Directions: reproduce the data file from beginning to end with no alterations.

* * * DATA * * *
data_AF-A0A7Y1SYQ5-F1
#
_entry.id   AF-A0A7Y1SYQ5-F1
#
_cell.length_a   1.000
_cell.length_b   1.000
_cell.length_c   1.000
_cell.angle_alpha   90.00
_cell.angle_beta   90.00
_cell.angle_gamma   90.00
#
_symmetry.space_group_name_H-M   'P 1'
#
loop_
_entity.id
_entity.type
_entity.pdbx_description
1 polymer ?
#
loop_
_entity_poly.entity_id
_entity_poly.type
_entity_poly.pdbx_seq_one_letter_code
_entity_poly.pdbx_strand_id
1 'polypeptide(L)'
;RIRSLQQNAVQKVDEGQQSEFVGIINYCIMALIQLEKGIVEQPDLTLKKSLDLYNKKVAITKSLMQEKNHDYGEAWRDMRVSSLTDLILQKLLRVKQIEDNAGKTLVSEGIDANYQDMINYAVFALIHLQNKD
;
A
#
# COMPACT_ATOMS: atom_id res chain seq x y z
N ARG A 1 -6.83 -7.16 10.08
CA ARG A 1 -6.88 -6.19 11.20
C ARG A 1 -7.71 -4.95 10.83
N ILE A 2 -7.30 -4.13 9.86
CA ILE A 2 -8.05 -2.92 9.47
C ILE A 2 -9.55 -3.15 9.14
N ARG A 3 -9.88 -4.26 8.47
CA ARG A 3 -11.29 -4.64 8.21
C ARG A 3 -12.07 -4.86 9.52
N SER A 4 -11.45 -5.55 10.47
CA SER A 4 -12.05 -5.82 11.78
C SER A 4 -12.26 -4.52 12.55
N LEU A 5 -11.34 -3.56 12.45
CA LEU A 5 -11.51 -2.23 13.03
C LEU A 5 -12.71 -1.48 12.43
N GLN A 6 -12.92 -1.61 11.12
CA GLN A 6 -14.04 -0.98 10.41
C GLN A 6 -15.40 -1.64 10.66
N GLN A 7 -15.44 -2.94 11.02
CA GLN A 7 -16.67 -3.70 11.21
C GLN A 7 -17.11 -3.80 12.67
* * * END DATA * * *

data_AF-A0A7Y1SYQ5-F1
#
_entry.id   AF-A0A7Y1SYQ5-F1
#
_cell.length_a   1.000
_cell.length_b   1.000
_cell.length_c   1.000
_cell.angle_alpha   90.00
_cell.angle_beta   90.00
_cell.angle_gamma   90.00
#
_symmetry.space_group_name_H-M   'P 1'
#
loop_
_entity.id
_entity.type
_entity.pdbx_description
1 polymer ?
#
loop_
_entity_poly.entity_id
_entity_poly.type
_entity_poly.pdbx_seq_one_letter_code
_entity_poly.pdbx_strand_id
1 'polypeptide(L)'
;RIRSLQQNAVQKVDEGQQSEFVGIINYCIMALIQLEKGIVEQPDLTLKKSLDLYNKKVAITKSLMQEKNHDYGEAWRDMRVSSLTDLILQKLLRVKQIEDNAGKTLVSEGIDANYQDMINYAVFALIHLQNKD
;
A
#
# COMPACT_ATOMS: atom_id res chain seq x y z
N ARG A 1 -6.83 -7.16 10.08
CA ARG A 1 -6.88 -6.19 11.20
C ARG A 1 -7.71 -4.95 10.83
N ILE A 2 -7.30 -4.13 9.86
CA ILE A 2 -8.05 -2.92 9.47
C ILE A 2 -9.55 -3.15 9.14
N ARG A 3 -9.88 -4.26 8.47
CA ARG A 3 -11.29 -4.64 8.21
C ARG A 3 -12.07 -4.86 9.52
N SER A 4 -11.45 -5.55 10.47
CA SER A 4 -12.05 -5.82 11.78
C SER A 4 -12.26 -4.52 12.55
N LEU A 5 -11.34 -3.56 12.45
CA LEU A 5 -11.51 -2.23 13.03
C LEU A 5 -12.71 -1.48 12.43
N GLN A 6 -12.92 -1.61 11.12
CA GLN A 6 -14.04 -0.98 10.41
C GLN A 6 -15.40 -1.64 10.66
N GLN A 7 -15.44 -2.94 11.02
CA GLN A 7 -16.67 -3.70 11.21
C GLN A 7 -17.11 -3.80 12.67